Paul finally understood that the parousia, and the general resurrection of the dead, would not take place during his lifetime, but it would take place. Therein is the blessed hope. Every Christian, in every generation can continue, “Looking for that blessed hope, and the glorious appearing of the great God and our Saviour Jesus Christ” (Titus 2:13).
In order to maintain their position, the Full Preterist brethren spiritualize those Scriptures which teach about the resurrection, and the Second Advent of Christ.
While much of the New Testament does deal with spiritual truths, those passages which speak of the bodily resurrection of Jesus, the bodily resurrection of the saints, and the bodily return of Jesus Christ the second time for all who believe cannot, indeed, must not be spiritualized.
Nor does it do any good for the Full Preterist to argue that the bodily resurrection of the saints took place in AD 70, but it was a spiritual resurrection. Or, the Second Advent of Christ was a bodily return of the Lord in AD 70, but it was a spiritual return. Such language is absurd, and is reminiscent of Gnosticism, which denied the full reality of the humanity of Jesus. There is no record in the early Church to support what the Full Preterist View advocates.
Turning to 1 Thessalonians 4, attention is given to the subject of the rapture of the saints.
“But I would not have you to be ignorant, brethren, concerning them which are asleep, that ye sorrow not, even as others which have no hope. 14 For if we believe that Jesus died and rose again, even so them also which sleep in Jesus will God bring with him. 15 For this we say unto you by the word of the Lord, that we which are alive and remain unto the coming of the Lord shall not prevent them which are asleep. 16 For the Lord himself shall descend from heaven with a shout, with the voice of the archangel, and with the trump of God: and the dead in Christ shall rise first: 17 Then we which are alive and remain shall be caught up together with them in the clouds, to meet the Lord in the air: and so shall we ever be with the Lord. 18 Wherefore comfort one another with these words” (1 Thess. 4:13-18).
The design of this passage was to comfort the people of God who had lost loved ones to death. The question arose whether or not those who have died in the Lord would miss out on the great eschatological events such as the return of Jesus, and the bodily resurrection. The answer Paul gave to the Church was, “No. Those who have fallen asleep in Jesus will return with Him and will receive a resurrected body at the same time that others on earth will be changed. In fact,” Paul said, “the returning saints will receive their resurrected bodies first.” The dead in Christ shall rise first, and be taken up into the air, and then we who are alive at His coming will also be changed and rise to “meet’, or, to greet the coming King.
The Full Preterist View unites itself with the current Dispensational View of a secret, silent, coming of Christ, a teaching which Jesus has condemned.
“Then if any man shall say unto you, Lo, here is Christ, or there; believe it not” (Matt. 24:23).
“And then if any man shall say to you, Lo, here is Christ; or, lo, he is there; believe him not” (Mark 13:21).
The idea of a secret, silent, coming of Christ with all His saints leaving people unaware, is without Biblical foundation. Study 1 Thessalonians 3:13
The language of 1 Thessalonians 4 hardly allows for a silent event. All of heaven is engaged in the parousia.
Another argument employed in the Full Preterist View is to note that Scriptural symbolism does not necessitate literalism.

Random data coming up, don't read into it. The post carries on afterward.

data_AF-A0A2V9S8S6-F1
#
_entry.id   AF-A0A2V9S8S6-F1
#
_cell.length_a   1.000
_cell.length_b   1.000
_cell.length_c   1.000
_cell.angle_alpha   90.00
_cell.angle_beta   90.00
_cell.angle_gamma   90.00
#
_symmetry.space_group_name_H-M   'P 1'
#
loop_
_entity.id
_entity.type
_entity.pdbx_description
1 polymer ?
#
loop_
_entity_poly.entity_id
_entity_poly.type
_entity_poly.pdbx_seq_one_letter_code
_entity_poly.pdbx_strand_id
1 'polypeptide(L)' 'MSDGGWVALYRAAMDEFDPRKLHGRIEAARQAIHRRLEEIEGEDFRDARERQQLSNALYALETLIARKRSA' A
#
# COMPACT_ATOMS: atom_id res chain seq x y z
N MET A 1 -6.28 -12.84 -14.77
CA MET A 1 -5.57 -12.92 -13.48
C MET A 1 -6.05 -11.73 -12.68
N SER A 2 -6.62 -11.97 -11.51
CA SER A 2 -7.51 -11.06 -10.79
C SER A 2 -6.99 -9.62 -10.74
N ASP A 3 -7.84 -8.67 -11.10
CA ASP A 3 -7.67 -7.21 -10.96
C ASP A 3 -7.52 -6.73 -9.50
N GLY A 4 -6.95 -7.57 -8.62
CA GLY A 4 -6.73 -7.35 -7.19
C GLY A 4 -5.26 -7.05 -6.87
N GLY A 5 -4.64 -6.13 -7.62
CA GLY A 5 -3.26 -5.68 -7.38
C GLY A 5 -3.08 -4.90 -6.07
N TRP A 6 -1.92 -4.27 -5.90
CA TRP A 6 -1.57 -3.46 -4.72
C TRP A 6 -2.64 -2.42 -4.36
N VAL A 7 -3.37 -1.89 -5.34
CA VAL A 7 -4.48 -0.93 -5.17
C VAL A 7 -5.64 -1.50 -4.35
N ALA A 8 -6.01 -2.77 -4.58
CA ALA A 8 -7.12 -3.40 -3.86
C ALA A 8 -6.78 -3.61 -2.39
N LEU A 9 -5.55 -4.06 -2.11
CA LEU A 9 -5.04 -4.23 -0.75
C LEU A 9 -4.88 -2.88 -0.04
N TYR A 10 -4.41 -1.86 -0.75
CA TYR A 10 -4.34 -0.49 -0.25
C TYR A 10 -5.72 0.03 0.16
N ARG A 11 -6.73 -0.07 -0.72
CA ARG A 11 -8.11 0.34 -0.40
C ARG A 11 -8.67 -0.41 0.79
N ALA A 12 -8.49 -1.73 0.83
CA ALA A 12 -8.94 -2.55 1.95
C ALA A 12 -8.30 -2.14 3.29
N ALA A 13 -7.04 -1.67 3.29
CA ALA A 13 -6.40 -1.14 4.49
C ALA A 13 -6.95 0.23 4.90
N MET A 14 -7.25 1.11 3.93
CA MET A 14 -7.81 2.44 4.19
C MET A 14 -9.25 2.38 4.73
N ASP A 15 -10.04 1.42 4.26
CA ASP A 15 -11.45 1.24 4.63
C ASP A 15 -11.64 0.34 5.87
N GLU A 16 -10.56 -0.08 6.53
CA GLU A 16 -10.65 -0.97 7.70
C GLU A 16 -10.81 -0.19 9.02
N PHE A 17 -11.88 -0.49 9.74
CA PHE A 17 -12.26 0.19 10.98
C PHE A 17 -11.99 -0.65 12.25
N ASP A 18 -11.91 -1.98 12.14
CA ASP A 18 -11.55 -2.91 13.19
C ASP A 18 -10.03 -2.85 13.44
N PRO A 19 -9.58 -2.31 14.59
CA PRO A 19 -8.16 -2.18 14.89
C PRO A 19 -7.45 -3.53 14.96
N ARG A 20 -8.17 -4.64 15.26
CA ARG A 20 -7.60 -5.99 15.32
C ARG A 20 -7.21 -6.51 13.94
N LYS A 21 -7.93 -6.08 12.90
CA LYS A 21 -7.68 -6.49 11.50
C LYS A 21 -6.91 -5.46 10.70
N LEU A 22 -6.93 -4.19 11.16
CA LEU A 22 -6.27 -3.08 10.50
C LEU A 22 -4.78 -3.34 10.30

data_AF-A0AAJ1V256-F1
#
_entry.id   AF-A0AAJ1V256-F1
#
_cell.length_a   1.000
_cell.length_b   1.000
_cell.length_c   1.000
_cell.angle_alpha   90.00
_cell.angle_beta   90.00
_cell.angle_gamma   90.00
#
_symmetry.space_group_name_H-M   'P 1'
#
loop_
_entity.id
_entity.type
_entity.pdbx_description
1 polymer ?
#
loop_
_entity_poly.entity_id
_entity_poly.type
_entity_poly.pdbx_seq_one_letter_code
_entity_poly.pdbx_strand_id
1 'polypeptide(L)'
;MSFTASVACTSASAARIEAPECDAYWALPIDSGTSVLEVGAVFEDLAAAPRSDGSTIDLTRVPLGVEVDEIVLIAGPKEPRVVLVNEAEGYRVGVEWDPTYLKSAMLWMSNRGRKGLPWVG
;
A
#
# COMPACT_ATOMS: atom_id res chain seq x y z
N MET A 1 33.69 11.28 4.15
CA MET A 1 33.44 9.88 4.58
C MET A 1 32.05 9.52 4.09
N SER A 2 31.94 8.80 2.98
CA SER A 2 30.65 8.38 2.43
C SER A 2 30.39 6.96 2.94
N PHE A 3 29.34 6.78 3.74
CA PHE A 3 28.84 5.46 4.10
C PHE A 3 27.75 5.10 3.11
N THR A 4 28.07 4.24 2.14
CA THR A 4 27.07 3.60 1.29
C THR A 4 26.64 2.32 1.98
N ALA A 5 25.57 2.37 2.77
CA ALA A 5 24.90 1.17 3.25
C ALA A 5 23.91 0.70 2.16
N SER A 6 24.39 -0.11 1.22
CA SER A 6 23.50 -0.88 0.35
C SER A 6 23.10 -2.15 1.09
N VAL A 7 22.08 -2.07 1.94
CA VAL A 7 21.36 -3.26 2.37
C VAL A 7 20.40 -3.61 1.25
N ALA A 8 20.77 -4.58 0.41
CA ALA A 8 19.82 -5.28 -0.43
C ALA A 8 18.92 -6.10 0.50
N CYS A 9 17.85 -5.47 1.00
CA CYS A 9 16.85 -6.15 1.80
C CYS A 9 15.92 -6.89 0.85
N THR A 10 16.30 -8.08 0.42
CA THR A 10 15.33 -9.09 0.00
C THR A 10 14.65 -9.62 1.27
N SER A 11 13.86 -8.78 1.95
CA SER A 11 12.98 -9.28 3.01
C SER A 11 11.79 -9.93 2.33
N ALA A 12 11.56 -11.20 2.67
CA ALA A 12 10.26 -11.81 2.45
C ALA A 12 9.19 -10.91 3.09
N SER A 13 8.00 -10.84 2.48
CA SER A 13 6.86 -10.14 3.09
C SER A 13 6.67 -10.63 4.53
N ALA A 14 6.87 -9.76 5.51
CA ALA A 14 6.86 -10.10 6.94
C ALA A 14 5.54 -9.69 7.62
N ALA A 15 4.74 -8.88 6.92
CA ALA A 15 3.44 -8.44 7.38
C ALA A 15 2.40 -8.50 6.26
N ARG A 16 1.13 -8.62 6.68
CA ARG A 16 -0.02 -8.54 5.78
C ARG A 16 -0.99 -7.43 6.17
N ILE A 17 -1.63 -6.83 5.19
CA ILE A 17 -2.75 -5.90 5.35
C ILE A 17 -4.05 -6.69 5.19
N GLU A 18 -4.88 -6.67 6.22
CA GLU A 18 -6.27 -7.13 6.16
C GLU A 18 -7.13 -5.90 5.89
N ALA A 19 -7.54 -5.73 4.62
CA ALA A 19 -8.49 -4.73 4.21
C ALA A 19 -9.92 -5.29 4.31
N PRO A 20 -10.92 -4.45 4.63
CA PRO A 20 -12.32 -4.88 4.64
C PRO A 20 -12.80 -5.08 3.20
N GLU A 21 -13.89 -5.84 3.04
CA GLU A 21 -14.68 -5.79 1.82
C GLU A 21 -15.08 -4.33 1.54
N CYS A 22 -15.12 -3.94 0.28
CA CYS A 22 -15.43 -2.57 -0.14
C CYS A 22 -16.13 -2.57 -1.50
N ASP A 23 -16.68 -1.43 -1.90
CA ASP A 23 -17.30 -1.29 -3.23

There is must truth to this observation for Scripture does use many symbols to speak of spiritual truths.
“Then said Jesus unto them again, Verily, verily, I say unto you, I am the door of the sheep” (John 10:7).
“And as they were eating, Jesus took bread, and blessed it, and brake it, and gave it to the disciples, and said, Take, eat; this is my body” (Matt. 26:26).
“And he took the cup, and gave thanks, and gave it to them, saying, Drink ye all of it; 28 For this is my blood of the New Testament, which is shed for many for the remission of sins” (Matt. 26:27-28).
There is much symbolism in Scripture. However, the words of Paul regarding the resurrection, and the rapture of the Church, meaning its going forth to meet Jesus at His Second Advent, does not allow for symbolism. These are no secret, silent events.
Concerning the timing of the rapture, there are different views.
The Dispensational View advance the idea for the rapture to take place before a great tribulation, which is said to last for seven years. This is called the Pre-Tribulation Rapture Theory—and it is only a theory, on the level as the theory of Evolution, and not settled dogma of Christian theology.
The System of Dispensationalism teaches that Jesus does not come all the way to earth, but draws near, seizes only the Church Age saints, departs, and makes a final return seven years later.
So there are two returns of Jesus, one for His saints, and one to establish an earthly kingdom that will last for a thousand years.
In light of Hebrews 9:28, the idea of a Second and Third Coming of Christ is not possible. Christ will only come the second time for all who believe.
“So, Christ was once offered to bear the sins of many; and unto them that look for him shall he appear the second time without sin unto salvation” (Heb. 9:28).
The Reformed View of 1 Thessalonians 4 the imagery of the saints going forth to meet Jesus, that is, to greet Christ, as He turns in glory. The word for meet is apantesis (ap-an’-tay-sis); a friendly encounter.
In the Reformed View, Christians participate in the glorious return of Jesus, not in secret, but with sound of a trumpet, and the voice of the archangel. The world sees and hears the victorious return of Jesus.
For support, the Reformed View appeals to the Creeds of Christendom, the Testimony of Time, the Simplicity of Scripture, comparative texts, and the ancient cultural practice of greeting conquering kings with trumpets, and an escort, to the place of his return.
On the side of the Dispensational View, there is loud, and repetitive, dogmatism rooted in the fertile imaginations of individuals such as Margret McDonald, John N. Darby, C. I. Scofield, John Walvoord, Charles Ryrie, and Hal Lindsey, all of whom have made erroneous predictions in the name of the Lord.
Both positions are worthy of careful study.